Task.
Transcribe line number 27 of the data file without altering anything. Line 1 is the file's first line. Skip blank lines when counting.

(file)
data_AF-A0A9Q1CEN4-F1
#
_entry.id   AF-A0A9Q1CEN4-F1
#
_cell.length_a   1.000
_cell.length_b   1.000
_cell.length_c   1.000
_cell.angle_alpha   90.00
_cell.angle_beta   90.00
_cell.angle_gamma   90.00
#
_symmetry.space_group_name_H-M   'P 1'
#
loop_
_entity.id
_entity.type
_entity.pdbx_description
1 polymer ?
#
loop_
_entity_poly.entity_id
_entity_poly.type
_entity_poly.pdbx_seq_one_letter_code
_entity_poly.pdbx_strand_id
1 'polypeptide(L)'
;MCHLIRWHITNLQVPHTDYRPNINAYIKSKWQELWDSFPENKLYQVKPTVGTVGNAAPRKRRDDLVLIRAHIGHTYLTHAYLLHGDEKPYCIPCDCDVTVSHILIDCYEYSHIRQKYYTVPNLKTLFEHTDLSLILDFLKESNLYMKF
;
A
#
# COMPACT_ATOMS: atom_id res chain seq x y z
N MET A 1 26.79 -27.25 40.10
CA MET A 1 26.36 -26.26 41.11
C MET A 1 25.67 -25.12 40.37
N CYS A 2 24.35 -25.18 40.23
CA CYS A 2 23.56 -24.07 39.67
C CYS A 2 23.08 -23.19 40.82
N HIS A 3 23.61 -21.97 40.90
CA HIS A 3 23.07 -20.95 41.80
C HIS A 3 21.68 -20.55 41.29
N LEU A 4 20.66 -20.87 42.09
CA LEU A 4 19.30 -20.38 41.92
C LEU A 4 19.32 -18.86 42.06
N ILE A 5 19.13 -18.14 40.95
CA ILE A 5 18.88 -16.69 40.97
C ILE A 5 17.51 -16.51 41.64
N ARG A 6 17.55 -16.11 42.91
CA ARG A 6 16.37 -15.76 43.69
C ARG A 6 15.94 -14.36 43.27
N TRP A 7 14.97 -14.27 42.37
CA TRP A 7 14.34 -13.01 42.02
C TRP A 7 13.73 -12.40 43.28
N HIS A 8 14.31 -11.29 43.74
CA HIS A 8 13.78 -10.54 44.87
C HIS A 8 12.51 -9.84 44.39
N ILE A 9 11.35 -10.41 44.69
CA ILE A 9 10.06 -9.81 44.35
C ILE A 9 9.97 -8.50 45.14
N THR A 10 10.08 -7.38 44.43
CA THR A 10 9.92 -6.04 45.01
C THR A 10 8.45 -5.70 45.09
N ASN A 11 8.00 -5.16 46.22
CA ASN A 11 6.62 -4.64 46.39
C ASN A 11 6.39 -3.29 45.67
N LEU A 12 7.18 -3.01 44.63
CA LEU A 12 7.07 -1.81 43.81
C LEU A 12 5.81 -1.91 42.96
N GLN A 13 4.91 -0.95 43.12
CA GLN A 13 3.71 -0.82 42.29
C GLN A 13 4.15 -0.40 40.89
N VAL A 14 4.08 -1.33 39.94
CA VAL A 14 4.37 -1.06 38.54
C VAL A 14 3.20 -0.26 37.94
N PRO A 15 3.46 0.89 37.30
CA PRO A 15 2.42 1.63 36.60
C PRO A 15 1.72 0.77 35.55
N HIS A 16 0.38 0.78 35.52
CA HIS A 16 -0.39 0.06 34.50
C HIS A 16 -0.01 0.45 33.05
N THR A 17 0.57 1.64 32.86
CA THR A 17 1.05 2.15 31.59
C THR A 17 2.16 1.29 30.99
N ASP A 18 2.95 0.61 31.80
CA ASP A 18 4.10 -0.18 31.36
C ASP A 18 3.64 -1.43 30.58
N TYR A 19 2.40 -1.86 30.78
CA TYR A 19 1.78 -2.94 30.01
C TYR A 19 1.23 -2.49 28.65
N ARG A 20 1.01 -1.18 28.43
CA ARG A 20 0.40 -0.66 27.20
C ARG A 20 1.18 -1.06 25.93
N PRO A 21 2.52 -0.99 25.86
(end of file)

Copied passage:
;